Roth IRAs and Roth 401(k)s are retirement savings vehicles that can protect your earnings from Uncle Sam when you withdraw your money in retirement. But one may be better for you depending on your needs. We’ll explain the pros and cons of each to help you decide which plan is right for you. If you want further hands-on investment advice, consider enlisting the help of a train expert by using our financial advisor matching tool.
Should I Open a Roth IRA or Roth 401(k)?
If you don’t have access to a Roth 401(k), the answer is easy. Roth 401(k)s are employer-sponsored accounts. And not every company that offers a traditional 401(k) also provides its Roth component.
But if you have access to both, it’s important to take a look at the nuts and bolts of each. They have different income requirements, contribution limits and rules. So let’s start with the basics to see if you find them attractive in the first place.Roth 401(k) vs. Roth IRA: What Are They?
You fund Roth IRAs and Roth 401(k)s with after-tax dollars. This means they’re funded with money that comes out of your paycheck after taxes have been collected. So you get no tax-break upfront as you would with a traditional 401(k) or IRA.
Your contributions are not tax-deductible for either a Roth 401(k) or a Roth IRA. But contributions toward a Roth 401(k) or Roth IRA will grow tax-free. The major trade off, however, is that you get to make tax-free withdrawals when you reach age 59.5— as long as you’ve held either account for at least five years.
Sound good? Let’s explore how each differs.Roth 401(k) vs. Roth IRA: Income Requirements
Eyeing the Roth IRA? Be sure to note that Roth IRAs have income requirements that determine who is eligible to open an account.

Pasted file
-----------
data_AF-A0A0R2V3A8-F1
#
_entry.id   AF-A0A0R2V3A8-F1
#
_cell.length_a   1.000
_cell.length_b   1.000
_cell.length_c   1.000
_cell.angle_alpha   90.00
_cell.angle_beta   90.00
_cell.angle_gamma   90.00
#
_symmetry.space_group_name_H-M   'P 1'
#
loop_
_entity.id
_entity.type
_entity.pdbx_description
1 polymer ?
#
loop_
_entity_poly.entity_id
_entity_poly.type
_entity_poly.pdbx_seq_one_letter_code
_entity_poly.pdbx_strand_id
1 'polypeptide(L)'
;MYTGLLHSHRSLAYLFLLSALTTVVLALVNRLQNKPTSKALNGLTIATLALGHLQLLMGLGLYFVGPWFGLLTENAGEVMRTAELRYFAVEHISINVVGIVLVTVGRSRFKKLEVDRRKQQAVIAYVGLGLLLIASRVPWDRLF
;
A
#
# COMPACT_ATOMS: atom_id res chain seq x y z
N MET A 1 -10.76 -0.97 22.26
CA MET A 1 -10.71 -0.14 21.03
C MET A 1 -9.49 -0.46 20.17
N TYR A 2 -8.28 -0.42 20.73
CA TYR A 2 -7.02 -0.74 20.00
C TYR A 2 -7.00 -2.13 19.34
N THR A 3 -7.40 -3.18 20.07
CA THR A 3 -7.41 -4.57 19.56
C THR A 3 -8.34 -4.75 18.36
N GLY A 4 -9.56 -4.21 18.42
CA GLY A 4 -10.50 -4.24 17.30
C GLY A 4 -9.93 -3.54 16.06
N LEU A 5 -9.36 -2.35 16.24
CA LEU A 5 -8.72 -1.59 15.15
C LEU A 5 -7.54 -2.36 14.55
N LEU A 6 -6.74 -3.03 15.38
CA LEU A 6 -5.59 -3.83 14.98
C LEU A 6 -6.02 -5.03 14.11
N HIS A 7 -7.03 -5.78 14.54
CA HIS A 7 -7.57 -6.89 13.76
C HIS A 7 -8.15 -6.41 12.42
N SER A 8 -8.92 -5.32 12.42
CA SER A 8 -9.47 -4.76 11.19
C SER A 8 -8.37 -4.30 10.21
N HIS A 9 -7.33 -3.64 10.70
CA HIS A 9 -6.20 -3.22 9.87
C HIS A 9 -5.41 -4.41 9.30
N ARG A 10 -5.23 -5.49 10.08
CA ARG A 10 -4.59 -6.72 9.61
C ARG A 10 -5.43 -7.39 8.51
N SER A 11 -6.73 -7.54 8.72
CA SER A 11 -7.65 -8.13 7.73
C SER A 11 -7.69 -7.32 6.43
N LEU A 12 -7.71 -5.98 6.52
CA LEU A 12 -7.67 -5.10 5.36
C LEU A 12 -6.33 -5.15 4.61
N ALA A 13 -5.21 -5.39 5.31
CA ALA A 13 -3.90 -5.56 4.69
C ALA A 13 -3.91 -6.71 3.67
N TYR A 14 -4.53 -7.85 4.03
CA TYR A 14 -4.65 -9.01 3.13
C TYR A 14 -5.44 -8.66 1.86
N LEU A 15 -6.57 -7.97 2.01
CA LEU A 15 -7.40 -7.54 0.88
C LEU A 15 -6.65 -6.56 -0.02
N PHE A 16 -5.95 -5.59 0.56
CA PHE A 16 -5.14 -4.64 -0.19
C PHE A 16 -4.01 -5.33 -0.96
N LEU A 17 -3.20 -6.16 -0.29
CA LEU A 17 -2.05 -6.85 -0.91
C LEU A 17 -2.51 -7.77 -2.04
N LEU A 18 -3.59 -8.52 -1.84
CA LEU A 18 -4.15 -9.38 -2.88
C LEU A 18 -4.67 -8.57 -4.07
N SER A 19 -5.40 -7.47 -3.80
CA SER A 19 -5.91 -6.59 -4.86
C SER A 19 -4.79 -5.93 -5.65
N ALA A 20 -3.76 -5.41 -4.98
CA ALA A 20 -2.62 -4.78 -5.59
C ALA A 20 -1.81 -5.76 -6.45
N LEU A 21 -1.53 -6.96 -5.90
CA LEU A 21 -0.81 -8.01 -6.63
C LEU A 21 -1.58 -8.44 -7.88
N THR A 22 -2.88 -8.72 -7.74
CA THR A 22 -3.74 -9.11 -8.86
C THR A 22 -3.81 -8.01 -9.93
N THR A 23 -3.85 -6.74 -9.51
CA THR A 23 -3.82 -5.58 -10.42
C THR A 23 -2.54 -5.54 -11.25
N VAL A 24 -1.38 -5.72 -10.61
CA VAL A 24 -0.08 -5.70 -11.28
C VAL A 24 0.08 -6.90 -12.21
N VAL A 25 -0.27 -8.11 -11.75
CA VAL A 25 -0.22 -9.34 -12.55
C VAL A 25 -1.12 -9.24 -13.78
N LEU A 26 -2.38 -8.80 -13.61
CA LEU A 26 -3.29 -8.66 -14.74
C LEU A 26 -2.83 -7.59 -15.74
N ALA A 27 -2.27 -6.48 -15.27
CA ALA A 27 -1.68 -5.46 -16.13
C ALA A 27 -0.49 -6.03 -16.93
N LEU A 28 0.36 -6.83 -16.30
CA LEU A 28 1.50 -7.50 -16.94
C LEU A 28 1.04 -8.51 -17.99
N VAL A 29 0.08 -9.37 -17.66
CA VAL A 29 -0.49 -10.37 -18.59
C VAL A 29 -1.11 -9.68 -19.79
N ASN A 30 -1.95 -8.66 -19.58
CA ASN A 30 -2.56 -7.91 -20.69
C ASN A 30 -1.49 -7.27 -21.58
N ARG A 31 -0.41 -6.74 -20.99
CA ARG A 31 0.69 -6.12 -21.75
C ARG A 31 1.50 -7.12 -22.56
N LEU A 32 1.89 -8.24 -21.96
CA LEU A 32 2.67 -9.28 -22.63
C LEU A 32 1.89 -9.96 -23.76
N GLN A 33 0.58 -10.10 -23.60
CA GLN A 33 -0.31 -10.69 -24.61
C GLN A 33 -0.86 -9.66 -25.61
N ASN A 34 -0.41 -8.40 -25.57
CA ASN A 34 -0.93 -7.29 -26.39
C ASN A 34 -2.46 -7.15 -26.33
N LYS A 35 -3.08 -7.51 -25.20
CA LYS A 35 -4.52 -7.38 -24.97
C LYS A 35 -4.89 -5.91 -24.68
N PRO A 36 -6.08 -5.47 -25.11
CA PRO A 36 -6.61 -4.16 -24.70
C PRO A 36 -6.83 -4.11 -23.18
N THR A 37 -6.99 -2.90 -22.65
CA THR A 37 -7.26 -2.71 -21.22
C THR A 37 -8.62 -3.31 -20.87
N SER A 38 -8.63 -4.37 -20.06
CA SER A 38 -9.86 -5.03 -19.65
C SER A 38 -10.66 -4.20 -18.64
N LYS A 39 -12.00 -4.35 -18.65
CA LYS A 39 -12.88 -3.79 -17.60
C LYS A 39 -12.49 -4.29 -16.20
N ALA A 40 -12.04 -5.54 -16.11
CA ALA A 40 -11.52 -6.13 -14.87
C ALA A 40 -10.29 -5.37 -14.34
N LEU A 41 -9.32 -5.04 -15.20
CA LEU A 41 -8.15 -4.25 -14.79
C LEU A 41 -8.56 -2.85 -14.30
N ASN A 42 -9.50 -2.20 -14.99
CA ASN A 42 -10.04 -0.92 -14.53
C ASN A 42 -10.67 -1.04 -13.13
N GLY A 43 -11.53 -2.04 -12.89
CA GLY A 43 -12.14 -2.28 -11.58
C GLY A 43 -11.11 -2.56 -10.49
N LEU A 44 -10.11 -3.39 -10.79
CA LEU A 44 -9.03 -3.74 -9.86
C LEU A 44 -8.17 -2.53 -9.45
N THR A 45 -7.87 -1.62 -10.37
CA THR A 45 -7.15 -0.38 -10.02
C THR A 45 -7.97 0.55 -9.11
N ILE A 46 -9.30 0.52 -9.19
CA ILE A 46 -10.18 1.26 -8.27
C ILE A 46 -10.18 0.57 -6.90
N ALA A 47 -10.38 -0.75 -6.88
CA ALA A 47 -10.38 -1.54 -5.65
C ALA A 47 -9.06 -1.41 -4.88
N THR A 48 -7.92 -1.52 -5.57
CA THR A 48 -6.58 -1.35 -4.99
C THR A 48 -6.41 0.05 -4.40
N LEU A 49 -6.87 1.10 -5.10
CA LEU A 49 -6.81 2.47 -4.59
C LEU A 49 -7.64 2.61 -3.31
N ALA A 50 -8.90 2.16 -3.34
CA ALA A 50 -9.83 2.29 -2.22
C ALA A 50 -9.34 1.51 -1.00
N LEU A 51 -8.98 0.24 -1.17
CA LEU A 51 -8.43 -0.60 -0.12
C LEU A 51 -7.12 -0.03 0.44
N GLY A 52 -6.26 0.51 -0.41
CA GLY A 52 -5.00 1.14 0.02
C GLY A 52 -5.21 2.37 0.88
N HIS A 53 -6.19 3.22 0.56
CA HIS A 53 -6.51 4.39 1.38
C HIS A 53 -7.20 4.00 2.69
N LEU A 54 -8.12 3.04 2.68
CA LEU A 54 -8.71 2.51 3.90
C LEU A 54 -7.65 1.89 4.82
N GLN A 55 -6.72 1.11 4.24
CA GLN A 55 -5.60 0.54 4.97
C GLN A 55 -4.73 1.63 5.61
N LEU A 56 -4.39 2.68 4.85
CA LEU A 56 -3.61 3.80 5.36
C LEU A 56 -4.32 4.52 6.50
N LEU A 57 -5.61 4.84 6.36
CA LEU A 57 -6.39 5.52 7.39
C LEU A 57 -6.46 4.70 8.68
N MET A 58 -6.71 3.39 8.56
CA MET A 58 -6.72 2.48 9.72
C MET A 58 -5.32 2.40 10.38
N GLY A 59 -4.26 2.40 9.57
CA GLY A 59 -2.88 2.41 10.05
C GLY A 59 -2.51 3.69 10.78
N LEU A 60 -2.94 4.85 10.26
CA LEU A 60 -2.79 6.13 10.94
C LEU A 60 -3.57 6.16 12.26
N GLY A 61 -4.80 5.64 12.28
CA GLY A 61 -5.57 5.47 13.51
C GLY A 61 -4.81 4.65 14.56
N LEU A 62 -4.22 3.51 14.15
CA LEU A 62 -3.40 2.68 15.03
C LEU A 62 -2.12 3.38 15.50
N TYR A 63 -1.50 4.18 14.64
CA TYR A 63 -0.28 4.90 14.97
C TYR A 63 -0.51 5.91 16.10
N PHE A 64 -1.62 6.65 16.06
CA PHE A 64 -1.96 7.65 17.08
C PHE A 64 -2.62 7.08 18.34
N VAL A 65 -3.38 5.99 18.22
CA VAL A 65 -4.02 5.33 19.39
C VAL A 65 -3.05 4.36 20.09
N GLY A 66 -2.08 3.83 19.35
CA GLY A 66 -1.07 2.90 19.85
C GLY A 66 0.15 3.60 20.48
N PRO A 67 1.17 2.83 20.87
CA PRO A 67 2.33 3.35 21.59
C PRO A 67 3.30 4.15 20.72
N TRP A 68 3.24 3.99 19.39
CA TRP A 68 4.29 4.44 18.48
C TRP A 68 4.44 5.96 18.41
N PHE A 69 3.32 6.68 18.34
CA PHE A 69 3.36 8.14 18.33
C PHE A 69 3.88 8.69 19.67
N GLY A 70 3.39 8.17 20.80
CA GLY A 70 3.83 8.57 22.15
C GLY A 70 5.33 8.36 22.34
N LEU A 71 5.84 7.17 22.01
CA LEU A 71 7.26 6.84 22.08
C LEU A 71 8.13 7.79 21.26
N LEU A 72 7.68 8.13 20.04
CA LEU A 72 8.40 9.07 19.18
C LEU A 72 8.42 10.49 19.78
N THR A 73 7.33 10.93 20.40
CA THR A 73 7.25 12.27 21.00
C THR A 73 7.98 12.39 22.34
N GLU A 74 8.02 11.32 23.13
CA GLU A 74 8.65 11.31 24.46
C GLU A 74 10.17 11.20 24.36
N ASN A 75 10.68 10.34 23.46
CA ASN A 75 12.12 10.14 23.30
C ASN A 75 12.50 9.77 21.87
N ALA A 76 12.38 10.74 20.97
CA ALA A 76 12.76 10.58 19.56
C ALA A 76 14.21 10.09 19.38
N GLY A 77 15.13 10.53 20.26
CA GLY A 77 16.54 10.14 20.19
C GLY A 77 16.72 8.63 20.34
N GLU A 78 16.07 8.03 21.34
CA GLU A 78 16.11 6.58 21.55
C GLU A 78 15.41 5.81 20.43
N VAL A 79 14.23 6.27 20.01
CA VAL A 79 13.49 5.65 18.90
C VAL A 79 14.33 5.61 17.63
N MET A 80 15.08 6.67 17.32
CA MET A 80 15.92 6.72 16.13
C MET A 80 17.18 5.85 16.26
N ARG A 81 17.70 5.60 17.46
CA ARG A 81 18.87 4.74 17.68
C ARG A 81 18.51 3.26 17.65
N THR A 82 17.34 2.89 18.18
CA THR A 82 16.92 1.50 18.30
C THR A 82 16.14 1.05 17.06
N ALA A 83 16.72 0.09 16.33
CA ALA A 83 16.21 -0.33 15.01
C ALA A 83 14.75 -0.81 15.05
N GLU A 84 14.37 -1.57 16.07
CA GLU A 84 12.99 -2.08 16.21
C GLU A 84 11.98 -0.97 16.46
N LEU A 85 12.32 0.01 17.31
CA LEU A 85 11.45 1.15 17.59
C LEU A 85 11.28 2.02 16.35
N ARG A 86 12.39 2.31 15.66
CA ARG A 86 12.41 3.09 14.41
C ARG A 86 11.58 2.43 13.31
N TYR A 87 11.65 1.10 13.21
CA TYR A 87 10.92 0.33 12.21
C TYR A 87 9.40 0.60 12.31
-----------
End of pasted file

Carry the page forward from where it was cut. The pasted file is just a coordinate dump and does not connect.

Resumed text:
You can invest in a Roth IRA if you’re a single tax filer as long as your modified adjusted gross income (MAGI) doesn’t exceed $137,000. The Roth IRA income limit for married couples filing jointly is $203,000.
However, it’s important to note these rules determine who is allowed to open a Roth IRA in the first place. It doesn’t mean that anyone who is eligible to invest in one can make the maximum contribution ($6,000 in 2019).
There are “phase-out” points depending on your income level. In other words, your actual contribution limits begin to decrease from this maximum as your income goes up, before you can’t invest in a Roth IRA at all.
A single tax filer can’t make the maximum contribution once his or her MAGI passes $122,000. For married couples filing jointly, that phase-out begins at $193,000. Once you pass these thresholds, your limits decrease.
It’s a little easier to get into a Roth 401(k), however. Anyone with access to one can contribute toward it regardless of income.Roth 401(k) vs. Roth IRA: Contribution Limits
Here’s where the Roth 401(k) takes a landslide victory. The maximum contribution for a Roth 401(k) is $19,000 for 2019. Those who are at least 50 years old can contribute up to $25,000.
The contribution limit for a Roth IRA stands at a smaller $6,000. Those aged 50 or better can contribute up to $7,000.Roth 401(k) vs. Roth IRA: Investment Options